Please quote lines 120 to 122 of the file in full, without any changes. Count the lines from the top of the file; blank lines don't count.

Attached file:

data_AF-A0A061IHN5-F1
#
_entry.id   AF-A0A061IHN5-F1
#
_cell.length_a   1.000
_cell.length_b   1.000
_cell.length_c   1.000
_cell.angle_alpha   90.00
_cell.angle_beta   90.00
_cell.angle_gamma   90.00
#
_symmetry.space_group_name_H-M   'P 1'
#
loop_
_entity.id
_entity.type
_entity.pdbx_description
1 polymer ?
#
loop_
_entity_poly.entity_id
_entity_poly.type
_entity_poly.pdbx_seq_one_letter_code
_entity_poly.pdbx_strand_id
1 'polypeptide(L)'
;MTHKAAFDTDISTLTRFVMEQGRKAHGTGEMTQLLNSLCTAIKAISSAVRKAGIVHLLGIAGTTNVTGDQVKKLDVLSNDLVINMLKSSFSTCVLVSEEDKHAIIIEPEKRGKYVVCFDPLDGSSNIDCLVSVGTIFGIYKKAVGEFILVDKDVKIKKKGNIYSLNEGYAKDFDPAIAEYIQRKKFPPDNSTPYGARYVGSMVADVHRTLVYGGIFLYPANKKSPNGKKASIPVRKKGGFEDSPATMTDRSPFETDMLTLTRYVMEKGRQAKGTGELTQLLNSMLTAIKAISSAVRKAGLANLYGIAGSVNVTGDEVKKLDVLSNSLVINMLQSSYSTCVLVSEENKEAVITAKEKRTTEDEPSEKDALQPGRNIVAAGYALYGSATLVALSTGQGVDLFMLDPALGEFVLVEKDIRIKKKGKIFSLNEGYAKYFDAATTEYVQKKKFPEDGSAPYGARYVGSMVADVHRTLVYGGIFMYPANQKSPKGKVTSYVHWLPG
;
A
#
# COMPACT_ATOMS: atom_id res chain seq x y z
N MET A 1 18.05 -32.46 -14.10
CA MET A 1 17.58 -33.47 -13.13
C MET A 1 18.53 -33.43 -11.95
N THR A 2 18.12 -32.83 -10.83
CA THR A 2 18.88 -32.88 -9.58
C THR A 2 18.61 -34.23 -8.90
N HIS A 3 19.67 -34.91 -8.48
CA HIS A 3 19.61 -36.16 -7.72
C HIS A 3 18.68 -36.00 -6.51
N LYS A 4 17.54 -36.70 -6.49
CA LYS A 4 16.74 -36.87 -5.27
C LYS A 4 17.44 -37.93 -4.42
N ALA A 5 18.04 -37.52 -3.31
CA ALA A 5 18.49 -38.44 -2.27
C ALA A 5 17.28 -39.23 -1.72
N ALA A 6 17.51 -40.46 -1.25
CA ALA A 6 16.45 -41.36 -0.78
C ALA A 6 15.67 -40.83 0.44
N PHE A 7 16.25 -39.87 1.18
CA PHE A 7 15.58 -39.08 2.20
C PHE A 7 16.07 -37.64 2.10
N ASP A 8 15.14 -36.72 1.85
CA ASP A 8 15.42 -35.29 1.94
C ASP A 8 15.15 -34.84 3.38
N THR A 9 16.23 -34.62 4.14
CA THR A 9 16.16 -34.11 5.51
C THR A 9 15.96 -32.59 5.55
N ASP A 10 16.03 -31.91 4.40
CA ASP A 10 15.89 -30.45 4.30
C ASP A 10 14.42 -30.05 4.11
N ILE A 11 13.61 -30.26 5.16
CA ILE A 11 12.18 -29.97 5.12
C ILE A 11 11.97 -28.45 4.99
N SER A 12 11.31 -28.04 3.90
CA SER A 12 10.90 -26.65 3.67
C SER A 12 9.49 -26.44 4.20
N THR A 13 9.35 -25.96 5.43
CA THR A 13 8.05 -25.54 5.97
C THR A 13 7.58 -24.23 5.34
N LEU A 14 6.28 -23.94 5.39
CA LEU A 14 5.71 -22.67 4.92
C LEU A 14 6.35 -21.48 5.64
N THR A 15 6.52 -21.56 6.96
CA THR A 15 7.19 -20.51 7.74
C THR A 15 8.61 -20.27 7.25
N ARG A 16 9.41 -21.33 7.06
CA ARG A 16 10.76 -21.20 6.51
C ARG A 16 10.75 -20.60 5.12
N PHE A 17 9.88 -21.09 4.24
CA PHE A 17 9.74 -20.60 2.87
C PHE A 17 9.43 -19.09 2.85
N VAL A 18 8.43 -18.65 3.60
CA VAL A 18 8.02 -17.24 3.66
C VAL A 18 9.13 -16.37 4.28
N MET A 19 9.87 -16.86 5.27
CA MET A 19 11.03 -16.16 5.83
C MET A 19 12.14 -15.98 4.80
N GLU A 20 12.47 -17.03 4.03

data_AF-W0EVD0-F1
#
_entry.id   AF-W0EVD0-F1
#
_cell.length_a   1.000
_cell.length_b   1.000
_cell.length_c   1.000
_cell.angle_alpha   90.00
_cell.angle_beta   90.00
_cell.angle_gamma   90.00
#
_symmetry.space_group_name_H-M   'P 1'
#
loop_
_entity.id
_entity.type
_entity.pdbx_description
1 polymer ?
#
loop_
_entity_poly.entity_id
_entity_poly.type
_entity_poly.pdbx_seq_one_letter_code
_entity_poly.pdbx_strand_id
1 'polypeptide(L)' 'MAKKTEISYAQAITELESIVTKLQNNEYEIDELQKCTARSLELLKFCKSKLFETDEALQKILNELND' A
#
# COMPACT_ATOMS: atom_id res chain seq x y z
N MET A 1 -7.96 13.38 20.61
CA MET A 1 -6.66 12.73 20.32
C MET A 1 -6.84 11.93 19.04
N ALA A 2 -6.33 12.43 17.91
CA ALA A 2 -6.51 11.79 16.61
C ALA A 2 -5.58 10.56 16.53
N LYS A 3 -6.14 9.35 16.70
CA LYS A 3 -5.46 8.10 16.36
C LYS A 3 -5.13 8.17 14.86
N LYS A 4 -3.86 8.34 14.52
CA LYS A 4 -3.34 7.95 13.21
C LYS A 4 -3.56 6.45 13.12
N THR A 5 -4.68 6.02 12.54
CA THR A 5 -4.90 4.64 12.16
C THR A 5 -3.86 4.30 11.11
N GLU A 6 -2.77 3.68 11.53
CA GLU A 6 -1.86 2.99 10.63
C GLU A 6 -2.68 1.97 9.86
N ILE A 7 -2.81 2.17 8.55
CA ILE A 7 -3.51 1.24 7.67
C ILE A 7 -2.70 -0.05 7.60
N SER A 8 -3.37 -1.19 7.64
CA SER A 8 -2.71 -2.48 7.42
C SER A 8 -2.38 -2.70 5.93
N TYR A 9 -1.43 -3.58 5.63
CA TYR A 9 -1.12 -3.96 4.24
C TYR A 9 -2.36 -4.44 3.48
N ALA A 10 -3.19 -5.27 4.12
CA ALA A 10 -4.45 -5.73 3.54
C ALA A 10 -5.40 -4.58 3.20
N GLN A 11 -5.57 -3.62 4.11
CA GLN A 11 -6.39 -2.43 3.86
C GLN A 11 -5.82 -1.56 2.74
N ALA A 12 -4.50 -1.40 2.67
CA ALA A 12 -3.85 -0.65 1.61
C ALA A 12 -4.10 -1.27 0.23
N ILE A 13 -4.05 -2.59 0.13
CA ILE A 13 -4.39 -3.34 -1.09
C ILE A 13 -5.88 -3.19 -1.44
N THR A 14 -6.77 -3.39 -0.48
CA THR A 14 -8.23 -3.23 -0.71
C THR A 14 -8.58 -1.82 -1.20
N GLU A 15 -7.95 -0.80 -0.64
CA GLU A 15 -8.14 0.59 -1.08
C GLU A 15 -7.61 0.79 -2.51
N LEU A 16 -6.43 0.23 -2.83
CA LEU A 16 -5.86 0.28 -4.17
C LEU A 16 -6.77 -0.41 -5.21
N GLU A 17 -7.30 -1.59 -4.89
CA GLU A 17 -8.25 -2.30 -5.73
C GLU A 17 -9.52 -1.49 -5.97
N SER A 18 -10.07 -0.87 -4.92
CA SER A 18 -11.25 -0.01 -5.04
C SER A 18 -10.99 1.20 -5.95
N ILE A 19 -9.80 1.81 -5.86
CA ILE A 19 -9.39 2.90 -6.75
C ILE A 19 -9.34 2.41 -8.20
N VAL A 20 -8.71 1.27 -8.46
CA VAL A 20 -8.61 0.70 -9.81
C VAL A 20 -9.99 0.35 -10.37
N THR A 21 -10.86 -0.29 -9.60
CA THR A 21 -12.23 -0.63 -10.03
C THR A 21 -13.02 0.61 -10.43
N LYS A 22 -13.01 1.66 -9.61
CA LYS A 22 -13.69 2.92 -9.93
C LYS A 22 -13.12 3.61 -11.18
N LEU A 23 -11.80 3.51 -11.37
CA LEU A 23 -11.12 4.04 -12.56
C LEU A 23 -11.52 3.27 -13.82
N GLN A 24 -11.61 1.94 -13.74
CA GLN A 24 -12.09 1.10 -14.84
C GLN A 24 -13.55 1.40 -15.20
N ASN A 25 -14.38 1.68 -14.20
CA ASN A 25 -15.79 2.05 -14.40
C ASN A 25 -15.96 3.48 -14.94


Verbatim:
CA ALA A 2 -6.51 11.79 16.61
C ALA A 2 -5.58 10.56 16.53
N LYS A 3 -6.14 9.35 16.70